1.  provide a central point of discovery for established URI scheme
       names, and easy location of their defining documents;

   2.  discourage use of the same URI scheme name for different

   3.  help those proposing new URI scheme names to discern established
       trends and conventions, and avoid names that might be confused
       with existing ones;

   4.  encourage registration by setting a low barrier for provisional

   However, the guidance in [RFC4395] is, in many cases that are now
   common, ambiguous or insufficient to accomplish the stated purposes.
   This document discusses a number of such problems.  In doing so, we
   note that an effort was started to update the guidance, in

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   [I-D.ietf-iri-4395bis-irireg].  It does not, however, address the
   problems we discuss in this document, although it may be the logical
   place to do so.

   It is first important to understand the scale of the problem.  It is
   already common on many widely deployed platforms (including Windows,
   iOS, and Android) and form factors (PCs, phones, etc.) today to allow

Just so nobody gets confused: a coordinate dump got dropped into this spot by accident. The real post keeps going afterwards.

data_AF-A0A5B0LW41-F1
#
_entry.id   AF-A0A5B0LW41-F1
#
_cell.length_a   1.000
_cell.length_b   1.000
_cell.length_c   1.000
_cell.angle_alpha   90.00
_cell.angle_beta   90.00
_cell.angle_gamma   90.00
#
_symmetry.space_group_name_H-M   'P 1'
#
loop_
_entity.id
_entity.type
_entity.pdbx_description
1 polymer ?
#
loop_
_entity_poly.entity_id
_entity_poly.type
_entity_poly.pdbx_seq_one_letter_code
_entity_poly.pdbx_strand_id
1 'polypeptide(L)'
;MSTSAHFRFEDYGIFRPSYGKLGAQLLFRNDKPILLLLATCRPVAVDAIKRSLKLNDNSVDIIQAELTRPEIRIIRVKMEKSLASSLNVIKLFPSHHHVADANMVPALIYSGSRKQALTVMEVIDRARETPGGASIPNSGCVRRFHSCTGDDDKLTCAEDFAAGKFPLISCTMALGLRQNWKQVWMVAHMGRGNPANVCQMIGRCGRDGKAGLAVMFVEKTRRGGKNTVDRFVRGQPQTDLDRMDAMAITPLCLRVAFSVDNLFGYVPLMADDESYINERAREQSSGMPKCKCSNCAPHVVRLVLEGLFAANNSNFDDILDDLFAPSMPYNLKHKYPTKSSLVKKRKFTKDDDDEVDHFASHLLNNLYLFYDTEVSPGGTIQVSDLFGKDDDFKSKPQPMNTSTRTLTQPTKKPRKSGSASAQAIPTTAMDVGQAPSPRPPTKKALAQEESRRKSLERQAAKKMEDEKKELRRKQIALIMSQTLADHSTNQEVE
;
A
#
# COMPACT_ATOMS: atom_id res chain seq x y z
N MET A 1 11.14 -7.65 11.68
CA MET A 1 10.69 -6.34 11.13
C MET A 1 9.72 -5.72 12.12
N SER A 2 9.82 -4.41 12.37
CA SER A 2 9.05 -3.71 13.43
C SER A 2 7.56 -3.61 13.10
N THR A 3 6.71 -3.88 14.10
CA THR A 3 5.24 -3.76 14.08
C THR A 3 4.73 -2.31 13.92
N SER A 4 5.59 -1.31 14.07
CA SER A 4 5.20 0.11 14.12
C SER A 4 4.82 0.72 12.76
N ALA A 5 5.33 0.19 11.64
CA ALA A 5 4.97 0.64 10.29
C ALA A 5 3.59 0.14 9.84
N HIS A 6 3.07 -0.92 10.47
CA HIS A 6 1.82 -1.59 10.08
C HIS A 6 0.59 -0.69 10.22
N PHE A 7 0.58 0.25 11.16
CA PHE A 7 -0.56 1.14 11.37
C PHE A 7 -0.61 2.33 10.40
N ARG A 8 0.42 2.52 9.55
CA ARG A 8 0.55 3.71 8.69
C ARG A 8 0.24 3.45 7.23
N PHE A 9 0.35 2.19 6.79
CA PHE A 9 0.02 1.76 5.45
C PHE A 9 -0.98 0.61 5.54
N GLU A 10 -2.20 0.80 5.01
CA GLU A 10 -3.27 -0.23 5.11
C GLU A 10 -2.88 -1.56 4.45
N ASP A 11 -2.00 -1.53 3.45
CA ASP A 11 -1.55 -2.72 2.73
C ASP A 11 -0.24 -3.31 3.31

applications to be associated with specific URI schemes, such that
   when the URI is accessed (e.g., clicking on a link in a browser, or
   calling an equivalent API from an application), the associated
   application is launched to handle the URI.  That is, the application
   is given the URI and determines what action to take (as opposed to
   being given content that the URI points to).  Indeed, some such URIs
   are simply Uniform Resource Names that contain the data themselves,
   rather than Uniform Resource Locators that can be resolved to
   content.  As such, URIs are increasingly becoming a form of inter-
   process communication as a way to invoke another application, with
   arguments placed in the scheme-specific part of the URI.  Thus, in
   the extreme case, every application might define its own URI scheme,
   and the number of applications available on mainstream platforms
   today is easily numbered in the hundreds of thousands.

   This use of URIs can be viewed as different from the web.  That is,
   an increasingly larger portion of URI schemes are intended for
   "local" use, rather than for use with the web.  The "URI Generic
   Syntax" [RFC3986] explicitly allows for such a wide scope of use of